Juvenile Court’s Role in the Noblesville Shooting

Since the recent events that occurred at Noblesville West Middle School on May 25th, many questions and concerns have been proposed. Adult court and juvenile court are the two focal points of discussions. We would like to address some of those questions and explain why the student has to be tried as a delinquent child given the specific facts of the case.

Adult Court vs. Juvenile Court

Adults and juveniles may go through similar processes with criminal procedures, but there are some distinct differences that should be noted. What exactly is a delinquent child? I.C. § 31-37-1-1 states that a child is a delinquent child if, before becoming eighteen (18) years of age, the child commits a delinquent act. The Noblesville West Middle School student meets these conditions according to their charges. After the Hamilton County Prosecutor’s Office filed a petition for delinquency, many wondered whether the student would be tried as an adult or juvenile.

The wording that describes procedures is the main difference between the two. For example, the first hearing in an adult case is called the initial hearing, whereas in a juvenile case, it is a delinquency hearing. Another example is the trial. Jury trials and bench trials refer to adult cases. A fact finding hearing is essentially a trial for juveniles.

Why Can’t the Student be Tried as an Adult?

Indiana’s Code lists specific instances in which a juvenile may be tried as an adult. Given that the student is thirteen (13) years old, there is one statute that qualifies the student to fall within the adult court realm. I.C. § 31-30-3-4 states that children twelve (12) years of age or older are eligible to be tried as an adult; however, this is only applicable if an act constituting murder has been committed. This statute cannot be applied to the Noblesville case because there are only charges of attempted murder.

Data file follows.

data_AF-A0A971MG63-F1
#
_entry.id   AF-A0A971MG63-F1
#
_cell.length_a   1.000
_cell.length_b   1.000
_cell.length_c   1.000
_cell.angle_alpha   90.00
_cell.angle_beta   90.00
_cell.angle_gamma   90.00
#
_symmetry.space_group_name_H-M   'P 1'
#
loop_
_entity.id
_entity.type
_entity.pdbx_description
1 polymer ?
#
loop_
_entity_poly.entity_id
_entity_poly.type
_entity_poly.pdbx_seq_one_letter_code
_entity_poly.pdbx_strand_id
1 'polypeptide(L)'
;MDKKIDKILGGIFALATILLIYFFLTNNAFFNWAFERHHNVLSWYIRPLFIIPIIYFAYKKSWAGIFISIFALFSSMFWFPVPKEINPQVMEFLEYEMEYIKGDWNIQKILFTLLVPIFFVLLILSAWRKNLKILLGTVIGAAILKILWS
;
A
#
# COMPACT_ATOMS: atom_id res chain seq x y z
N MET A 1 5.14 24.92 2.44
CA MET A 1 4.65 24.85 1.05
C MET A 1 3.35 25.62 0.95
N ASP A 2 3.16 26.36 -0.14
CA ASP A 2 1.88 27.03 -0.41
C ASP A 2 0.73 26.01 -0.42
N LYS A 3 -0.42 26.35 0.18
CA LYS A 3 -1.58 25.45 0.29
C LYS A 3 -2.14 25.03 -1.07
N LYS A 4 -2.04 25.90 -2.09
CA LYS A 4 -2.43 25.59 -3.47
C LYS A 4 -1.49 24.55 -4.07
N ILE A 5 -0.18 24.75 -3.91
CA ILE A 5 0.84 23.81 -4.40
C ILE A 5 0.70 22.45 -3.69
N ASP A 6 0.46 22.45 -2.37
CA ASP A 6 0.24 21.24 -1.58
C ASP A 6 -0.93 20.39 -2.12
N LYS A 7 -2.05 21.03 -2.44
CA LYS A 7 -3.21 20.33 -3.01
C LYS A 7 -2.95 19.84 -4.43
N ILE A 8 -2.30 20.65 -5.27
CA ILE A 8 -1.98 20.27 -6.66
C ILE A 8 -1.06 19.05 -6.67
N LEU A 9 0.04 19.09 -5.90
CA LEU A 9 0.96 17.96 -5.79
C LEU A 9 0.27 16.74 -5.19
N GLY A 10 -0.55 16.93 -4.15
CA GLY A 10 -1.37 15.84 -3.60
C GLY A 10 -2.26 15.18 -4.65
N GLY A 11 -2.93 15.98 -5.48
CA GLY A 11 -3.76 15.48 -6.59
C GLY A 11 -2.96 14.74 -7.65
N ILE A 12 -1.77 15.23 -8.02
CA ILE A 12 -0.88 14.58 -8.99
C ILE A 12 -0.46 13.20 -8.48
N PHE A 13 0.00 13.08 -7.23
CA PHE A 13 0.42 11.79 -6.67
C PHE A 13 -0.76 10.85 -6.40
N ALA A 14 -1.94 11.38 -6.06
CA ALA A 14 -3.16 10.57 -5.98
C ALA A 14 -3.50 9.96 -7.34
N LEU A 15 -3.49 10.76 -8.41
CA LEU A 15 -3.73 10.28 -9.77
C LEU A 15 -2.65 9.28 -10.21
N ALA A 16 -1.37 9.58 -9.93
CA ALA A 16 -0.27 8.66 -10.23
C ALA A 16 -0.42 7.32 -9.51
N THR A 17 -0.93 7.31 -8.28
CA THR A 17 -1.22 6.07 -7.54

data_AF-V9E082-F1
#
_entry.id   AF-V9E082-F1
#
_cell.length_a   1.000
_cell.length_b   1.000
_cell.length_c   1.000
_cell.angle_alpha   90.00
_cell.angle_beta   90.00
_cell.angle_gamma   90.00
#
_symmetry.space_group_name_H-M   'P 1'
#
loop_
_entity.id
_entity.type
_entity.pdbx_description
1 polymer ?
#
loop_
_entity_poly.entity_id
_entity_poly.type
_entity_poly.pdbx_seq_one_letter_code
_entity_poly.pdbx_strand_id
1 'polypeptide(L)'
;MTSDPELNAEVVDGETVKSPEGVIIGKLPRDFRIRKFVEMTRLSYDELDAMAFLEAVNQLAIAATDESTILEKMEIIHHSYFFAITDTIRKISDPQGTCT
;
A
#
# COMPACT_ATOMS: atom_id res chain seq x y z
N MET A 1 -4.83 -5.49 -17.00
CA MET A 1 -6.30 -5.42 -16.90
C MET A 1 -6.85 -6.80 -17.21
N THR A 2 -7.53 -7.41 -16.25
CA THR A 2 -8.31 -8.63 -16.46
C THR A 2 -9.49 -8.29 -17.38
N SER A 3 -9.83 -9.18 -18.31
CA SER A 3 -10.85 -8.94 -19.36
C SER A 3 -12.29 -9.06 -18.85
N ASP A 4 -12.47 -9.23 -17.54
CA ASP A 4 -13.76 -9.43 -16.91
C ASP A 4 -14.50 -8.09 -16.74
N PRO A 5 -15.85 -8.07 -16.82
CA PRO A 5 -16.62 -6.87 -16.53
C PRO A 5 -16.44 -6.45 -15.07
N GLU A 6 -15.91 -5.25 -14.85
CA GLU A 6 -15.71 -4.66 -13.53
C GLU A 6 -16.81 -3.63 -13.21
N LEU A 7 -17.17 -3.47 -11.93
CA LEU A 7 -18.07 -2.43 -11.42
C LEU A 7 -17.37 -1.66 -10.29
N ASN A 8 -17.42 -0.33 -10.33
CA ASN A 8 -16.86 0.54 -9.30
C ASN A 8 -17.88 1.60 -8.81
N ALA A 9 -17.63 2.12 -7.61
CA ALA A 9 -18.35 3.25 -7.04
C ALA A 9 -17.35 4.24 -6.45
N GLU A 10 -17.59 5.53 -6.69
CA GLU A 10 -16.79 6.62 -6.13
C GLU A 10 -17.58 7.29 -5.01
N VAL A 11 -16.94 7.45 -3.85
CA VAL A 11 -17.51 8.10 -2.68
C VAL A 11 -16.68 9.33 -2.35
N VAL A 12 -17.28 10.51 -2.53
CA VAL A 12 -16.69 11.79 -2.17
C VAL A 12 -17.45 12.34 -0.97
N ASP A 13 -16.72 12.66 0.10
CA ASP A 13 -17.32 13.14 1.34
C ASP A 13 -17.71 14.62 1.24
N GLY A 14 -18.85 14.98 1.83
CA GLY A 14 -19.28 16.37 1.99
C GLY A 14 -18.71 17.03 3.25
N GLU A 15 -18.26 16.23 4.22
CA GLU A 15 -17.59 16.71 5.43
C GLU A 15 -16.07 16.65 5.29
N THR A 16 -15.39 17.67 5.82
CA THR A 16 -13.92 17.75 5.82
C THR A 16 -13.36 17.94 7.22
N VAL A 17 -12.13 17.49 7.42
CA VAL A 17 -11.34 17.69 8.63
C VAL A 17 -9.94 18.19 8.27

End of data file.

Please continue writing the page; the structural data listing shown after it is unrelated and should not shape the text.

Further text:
Will Juvenile Laws be Amended?

After the Hamilton County Prosecutor informed the public that the student would not be tried as an adult, many wondered whether or not laws regarding juveniles should be changed. As a result, state legislators have looked over the state statute to determine what, or if, these laws should be amended.

This matter should be examined carefully. If legislators do go forward with making changes, this case of the Noblesville student will set a precedent for future cases involving juveniles. Facts differ from case to case, so this is something that must be considered when evaluating new legislation.

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Tandy Law Firm
317 – 669 – 0655
3510 East 96th Street, Suite 28 Indianapolis, IN 46240

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